Years after Trick, Pitoc had the chance to thank actor Harry Hamlin, with whom he appeared in the film Shoot or Be Shot, for starring as a gay man in Making Love in 1982 when a film with gay characters was a rare breed. “I said, ‘You know, thank you first of all for doing that because if you hadn’t done that, there wouldn’t be a place for me to do my part in Trick, and I wouldn’t be here right now working with you… he was great, a very gracious guy.”
The Diner Scene: Spelling remembered the scene where Katherine lays into Gabriel and also loses her mind because her cheese fries came with no cheese. “The night we filmed the diner scene it was a long night,” she recalled. “I kept drinking coffee trying up keep my energy up but we didn’t start filming that scene till 3am. I was exhausted. Sheer willpower and passion got me through filming it. Still my fave line in any movie I’ve ever done!”
A Different Gay Film: While many LGBT films dealt with darker, dramatic themes, Campbell said he wasn’t originally aware how much the simple love story angle had impacted audiences. “I wasn’t aware that it was a different take until after it premiered at Sundance,” he said. “So much of the response I got from people who saw it was such appreciation for a movie that wasn’t about coming out or wasn’t about dying of AIDS. It was just a sweet love story, and it just so happened, in his sweet love story, that our protagonists were both male. That was the thing. It stood on its own.”
Miss Coco Peru as… herself! Fall and Clinton Leupp (aka Miss Coco) had known each other way before Trick so it was a no-brainer to include the fabulous drag queen. But was the infamous bathroom scene where Miss Coco talks about how a certain bodily fluid burns when getting in your eye fully scripted or improvised? “The bathroom scene wasn’t in the original script. We wrote it in for Coco,” said Fall. “Then Clint re-wrote most of that monologue himself. It wasn’t improvised. He told me that exact story. Clint said he’d been with a hot Latino guy who said ‘It’s big, it’s beautiful, and you’re gonna love it.’”
And Miss Coco appeared in another scene but you have to look carefully, Fall revealed. “No one knows this but Clint is in the final bathroom scene where the boys almost kiss, but I cut his part out. If you watch the diner scene, the only person you see cross outside the window and enter the diner is Coco! But no one sees it, thank God, because I cut him out of the bathroom scene. I cut it because the moment is so sweet there, and putting in another ‘joke’ with Coco seemed inappropriate. Now, I’m not so sure…”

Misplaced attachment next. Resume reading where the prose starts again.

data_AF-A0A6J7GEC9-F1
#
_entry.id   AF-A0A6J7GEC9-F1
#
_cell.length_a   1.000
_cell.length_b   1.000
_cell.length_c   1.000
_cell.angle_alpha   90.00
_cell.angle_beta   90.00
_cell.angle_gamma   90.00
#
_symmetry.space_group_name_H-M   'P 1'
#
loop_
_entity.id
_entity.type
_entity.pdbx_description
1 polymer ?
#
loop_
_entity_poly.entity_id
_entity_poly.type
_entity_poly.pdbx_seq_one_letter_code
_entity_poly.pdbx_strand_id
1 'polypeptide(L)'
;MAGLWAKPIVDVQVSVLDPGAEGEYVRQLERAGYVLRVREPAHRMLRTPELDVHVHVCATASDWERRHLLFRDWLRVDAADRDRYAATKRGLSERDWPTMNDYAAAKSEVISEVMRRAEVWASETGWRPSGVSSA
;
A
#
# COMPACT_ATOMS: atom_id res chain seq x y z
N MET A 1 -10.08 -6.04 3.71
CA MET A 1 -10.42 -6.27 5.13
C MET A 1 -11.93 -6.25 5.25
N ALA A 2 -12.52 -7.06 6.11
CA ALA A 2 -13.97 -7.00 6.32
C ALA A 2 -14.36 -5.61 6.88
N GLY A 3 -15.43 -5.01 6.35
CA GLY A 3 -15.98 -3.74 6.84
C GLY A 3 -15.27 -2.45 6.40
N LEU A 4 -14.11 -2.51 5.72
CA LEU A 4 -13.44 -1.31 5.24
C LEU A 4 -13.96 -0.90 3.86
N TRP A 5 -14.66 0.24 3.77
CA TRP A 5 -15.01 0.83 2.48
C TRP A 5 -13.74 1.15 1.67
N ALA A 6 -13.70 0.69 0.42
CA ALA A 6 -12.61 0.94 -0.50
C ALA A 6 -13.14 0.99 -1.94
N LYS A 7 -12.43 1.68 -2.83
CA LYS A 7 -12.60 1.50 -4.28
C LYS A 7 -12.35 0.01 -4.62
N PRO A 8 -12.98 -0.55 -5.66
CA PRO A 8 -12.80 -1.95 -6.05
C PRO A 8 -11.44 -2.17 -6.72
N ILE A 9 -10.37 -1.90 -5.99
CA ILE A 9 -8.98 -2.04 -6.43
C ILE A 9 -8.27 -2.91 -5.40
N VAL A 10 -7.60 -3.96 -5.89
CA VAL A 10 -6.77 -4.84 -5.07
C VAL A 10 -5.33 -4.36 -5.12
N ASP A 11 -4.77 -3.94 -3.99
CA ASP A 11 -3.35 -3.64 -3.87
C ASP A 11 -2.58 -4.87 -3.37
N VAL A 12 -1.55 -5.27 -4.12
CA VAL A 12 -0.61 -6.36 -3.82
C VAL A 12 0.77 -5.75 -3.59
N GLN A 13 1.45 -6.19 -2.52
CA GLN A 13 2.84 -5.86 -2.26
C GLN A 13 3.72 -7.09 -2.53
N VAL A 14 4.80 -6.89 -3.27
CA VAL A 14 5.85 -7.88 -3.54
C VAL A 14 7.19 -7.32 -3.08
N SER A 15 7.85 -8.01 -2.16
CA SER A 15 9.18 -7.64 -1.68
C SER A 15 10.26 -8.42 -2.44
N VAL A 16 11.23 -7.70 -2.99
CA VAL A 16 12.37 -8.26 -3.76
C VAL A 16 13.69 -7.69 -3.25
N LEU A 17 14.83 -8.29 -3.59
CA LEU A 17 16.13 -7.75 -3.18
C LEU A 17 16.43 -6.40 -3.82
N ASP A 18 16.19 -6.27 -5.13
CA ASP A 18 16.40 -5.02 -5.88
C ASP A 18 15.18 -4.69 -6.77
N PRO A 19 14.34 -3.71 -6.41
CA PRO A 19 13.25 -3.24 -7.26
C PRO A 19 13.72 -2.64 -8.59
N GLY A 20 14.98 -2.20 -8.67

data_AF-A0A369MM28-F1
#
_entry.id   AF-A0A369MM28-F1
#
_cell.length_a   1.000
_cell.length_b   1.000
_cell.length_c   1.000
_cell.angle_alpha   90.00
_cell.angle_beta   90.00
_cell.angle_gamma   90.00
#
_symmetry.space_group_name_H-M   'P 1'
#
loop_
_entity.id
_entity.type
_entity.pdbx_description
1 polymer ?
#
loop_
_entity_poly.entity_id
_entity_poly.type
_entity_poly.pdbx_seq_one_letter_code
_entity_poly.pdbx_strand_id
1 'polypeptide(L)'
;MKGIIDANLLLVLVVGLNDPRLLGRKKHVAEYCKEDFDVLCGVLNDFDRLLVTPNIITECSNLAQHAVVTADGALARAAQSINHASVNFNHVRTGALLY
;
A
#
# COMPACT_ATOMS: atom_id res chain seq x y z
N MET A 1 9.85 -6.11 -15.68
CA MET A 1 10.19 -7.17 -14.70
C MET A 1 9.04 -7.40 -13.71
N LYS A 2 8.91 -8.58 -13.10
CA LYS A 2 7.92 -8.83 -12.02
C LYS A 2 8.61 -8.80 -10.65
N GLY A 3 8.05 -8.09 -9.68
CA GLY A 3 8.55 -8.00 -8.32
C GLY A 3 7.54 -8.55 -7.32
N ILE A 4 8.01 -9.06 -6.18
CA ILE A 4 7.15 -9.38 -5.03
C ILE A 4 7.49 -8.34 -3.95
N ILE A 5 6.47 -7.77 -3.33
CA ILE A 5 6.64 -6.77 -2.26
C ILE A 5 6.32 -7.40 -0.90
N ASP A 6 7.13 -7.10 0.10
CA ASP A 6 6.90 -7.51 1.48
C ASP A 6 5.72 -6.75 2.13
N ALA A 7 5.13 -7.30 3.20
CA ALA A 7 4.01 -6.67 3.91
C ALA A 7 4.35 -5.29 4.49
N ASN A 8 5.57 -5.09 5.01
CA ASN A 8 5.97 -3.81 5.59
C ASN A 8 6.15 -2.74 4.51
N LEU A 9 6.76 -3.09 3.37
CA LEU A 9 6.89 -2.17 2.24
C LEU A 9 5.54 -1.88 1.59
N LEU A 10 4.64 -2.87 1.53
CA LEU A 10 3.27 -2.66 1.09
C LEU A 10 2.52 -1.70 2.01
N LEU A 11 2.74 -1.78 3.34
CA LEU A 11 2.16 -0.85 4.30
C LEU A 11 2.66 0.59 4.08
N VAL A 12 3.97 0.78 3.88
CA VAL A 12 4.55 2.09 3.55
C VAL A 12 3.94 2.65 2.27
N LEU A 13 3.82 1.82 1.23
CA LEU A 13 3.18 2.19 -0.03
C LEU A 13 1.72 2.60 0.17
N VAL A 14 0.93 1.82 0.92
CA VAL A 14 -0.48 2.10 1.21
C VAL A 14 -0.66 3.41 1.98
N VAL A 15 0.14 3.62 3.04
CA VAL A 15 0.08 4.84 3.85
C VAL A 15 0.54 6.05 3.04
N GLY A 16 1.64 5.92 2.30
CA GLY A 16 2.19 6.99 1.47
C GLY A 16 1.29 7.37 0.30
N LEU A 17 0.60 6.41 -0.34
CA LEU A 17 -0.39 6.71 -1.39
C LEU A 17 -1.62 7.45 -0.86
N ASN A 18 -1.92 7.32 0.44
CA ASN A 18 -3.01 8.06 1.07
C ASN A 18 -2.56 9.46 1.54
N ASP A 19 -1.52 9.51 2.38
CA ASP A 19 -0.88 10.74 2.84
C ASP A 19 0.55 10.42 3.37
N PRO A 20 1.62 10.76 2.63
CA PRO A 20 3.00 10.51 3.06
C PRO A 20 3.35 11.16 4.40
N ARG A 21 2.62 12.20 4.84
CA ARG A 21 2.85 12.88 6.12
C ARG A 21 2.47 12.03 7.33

Memories… Campbell said of making the film that summer, “we were working independent film hours but we had a good time because we were shooting gritty stuff in New York, which helped us immerse ourselves in the world as well, especially as a person who wasn’t a New Yorker at that point.” Overall, Pitoc summed it up his recollections by saying he had “sweet memories of just these wonderfully creative people humming along and working together on this passion project.” Spelling is very aware of how the film has helped a lot of people. “Fans talk about Trick all the time,” she said. “So many gay men tell me that Trick was a pivotal movie in their lives. Means the world to me.”
Trick: The Sequel: While Fall said the sequel isn’t ready to lens quite yet, Campbell, Pitoc, and Spelling are all ready to revisit their beloved characters. Campbell envisioned that the films could be a gay version of Before Sunrise. “We could do that, right? Why not? I’m all for it. I think it’s great. One of these films every 15 years? Perfect!”
Pitoc shared his take on where Gabriel and Mark would be today. “I always like the happily ever after thing,” he said. “And I think that they would stay together and they’d have kids. That’s where they are.” The actor said that Fall’s response to that pitch was “It’ll never be like anything you just said.”
Spelling had her own take on where the characters are today and said Katherine would still very much a part of the guys’ lives. “I always saw her still wedging her way into Gabe’s relationship. Even offering to be a surrogate for them while she does a one woman musical on Mommie Dearest. That’s my fantasy! Haha!”